There is no need to talk about Hong Kong independence, as the government has put Hong Kong people’s interests as its priority, Chief Executive Leung Chun-ying has said.

Leung was speaking a week after the formation of the pro-independence Hong Kong National Party, which was slammed by China’s Hong Kong and Macau Affairs Office as a threat to national security. China Liaison Office director Zhang Xiaoming and Chief Secretary Carrie Lam also voiced criticism.

Ahead of the weekly Executive Council meeting on Tuesday, Leung also commented on the recent surge in interest on the issue.

Chief Executive Leung Chun-ying.
Chief Executive Leung Chun-ying. File Photo: Gov HK.

“About Hong Kong independence, we will handle it in accordance with the law. From the political perspective, I know there are people, including some young ones, who questioned whether the interests of Hong Kong were influenced or eroded by the mainland,” he said.

“You can look at the three-year period since this administration came to office, we have adopted a ‘Hong Kong people first’ policy in every livelihood issue, and have seen results,” he added.

hong kong china independence protest
Photo: HKFP.

Leung mentioned measures such as the zero quota for mainland pregnant women giving birth in Hong Kong, a ban on parallel traders taking more than two cans of baby formula milk across the border, and extra stamp duty to discourage mainland investors from buying flats in Hong Kong.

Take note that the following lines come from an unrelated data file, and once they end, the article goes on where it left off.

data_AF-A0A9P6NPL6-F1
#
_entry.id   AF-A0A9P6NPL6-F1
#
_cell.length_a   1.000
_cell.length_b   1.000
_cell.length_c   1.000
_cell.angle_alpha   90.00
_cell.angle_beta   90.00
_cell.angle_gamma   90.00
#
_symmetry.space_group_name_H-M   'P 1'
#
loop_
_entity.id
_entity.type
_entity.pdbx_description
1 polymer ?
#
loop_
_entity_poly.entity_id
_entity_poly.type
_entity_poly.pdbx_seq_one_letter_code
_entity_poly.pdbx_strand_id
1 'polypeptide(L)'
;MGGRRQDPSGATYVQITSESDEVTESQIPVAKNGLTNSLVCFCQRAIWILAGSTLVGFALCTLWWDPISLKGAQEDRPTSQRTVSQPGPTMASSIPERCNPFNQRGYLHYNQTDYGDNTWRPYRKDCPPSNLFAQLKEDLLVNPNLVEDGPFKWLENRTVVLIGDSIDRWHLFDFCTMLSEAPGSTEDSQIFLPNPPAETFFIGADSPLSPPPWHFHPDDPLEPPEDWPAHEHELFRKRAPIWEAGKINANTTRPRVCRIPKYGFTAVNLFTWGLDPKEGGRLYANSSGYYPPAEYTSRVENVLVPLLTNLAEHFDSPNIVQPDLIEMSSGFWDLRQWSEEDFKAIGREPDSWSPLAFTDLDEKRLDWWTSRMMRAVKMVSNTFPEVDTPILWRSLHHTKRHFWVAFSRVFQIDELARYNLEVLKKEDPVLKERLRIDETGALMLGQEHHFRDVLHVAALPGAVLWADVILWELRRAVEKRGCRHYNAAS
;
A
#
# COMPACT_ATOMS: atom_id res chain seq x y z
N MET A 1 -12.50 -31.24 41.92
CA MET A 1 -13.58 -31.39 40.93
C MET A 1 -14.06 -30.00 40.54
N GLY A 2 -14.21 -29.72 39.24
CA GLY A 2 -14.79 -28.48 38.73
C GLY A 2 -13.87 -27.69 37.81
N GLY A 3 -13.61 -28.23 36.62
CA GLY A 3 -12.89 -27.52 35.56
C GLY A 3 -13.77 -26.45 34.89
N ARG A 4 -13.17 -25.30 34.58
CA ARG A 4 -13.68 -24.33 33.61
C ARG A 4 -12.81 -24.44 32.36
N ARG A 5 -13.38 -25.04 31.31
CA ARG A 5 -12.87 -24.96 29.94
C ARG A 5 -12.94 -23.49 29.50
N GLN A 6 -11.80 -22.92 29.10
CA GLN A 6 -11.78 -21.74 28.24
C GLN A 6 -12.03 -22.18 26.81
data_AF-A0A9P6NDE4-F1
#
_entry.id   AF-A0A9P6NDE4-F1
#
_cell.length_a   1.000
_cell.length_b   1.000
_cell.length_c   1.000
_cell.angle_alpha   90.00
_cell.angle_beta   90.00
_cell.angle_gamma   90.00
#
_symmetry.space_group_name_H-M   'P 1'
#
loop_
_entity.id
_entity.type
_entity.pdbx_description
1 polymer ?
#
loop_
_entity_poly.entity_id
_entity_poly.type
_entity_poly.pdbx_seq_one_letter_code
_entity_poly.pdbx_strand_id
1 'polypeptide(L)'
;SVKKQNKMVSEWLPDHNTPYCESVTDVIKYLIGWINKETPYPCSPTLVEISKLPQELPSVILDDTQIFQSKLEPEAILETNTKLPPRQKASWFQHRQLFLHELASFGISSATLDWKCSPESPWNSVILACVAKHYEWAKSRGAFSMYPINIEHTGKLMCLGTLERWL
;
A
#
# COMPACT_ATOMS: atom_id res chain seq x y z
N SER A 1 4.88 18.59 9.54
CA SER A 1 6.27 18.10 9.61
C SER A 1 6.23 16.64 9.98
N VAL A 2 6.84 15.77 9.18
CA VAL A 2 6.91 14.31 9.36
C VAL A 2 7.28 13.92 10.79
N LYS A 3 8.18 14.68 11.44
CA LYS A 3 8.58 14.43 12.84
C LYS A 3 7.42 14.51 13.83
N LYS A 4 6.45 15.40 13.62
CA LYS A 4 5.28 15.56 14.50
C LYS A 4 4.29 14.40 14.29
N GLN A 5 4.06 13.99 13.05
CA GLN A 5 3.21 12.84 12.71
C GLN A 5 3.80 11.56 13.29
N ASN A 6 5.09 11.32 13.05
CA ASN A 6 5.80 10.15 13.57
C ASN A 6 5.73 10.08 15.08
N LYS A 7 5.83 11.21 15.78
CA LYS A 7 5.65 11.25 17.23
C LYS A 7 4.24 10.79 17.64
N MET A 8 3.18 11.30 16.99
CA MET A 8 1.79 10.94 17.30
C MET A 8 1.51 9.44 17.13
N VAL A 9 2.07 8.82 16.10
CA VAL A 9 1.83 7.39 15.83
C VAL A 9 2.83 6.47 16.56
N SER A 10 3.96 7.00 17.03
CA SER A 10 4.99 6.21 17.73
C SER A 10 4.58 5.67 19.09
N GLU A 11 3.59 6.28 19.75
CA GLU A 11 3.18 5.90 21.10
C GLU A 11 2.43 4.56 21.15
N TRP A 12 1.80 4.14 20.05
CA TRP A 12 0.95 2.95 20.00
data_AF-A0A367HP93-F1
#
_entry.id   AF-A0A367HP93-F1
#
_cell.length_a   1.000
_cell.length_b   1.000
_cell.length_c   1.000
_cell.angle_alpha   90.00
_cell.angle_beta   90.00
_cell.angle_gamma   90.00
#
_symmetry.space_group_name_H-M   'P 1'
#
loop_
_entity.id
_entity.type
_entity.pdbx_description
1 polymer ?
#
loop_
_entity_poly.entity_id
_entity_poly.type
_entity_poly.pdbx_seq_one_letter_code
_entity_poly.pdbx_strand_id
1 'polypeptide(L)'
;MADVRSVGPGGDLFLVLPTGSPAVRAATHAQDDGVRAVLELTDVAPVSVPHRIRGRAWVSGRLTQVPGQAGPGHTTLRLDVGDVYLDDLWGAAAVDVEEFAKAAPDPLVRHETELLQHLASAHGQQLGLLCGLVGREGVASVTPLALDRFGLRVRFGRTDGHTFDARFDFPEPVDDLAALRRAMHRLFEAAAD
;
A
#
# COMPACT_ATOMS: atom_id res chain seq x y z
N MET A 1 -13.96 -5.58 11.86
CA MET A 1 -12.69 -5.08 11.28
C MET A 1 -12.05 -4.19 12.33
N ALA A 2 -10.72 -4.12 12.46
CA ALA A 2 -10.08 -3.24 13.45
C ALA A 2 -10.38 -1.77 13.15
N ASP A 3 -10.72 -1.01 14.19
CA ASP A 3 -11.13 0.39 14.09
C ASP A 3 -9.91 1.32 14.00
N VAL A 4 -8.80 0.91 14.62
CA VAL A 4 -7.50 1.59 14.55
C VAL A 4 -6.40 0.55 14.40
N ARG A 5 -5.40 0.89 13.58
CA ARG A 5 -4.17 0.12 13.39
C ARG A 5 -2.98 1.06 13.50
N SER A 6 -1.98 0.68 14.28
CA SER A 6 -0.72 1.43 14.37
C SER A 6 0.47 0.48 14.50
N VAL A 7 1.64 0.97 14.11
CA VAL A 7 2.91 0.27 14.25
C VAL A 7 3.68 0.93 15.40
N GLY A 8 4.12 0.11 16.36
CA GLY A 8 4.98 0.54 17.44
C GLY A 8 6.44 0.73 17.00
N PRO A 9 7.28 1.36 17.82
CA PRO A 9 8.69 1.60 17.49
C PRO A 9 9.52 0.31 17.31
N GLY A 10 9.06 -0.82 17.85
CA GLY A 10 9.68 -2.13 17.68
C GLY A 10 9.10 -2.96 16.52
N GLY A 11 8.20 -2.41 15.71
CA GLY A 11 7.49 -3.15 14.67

“These proved that the government has adopted a ‘Hong Kong people first’ policy on Hong Kong and mainland issues, especially on those where shortages could easily arise, so there is no need to raise this issue to the level of whether Hong Kong need to get independence in order to safeguard Hong Kong people’s interests,” he concluded.

Leung was also asked by reporters whether he will seek re-election next year.

“I will not comment on re-election now. Our focus is on doing various aspects of work well,” he said.

Kris Cheng is a Hong Kong journalist with an interest in local politics. His work has been featured in Washington Post, Public Radio International, Hong Kong Economic Times and others. He has a BSSc in Sociology from the Chinese University of Hong Kong. Kris is HKFP's Editorial Director.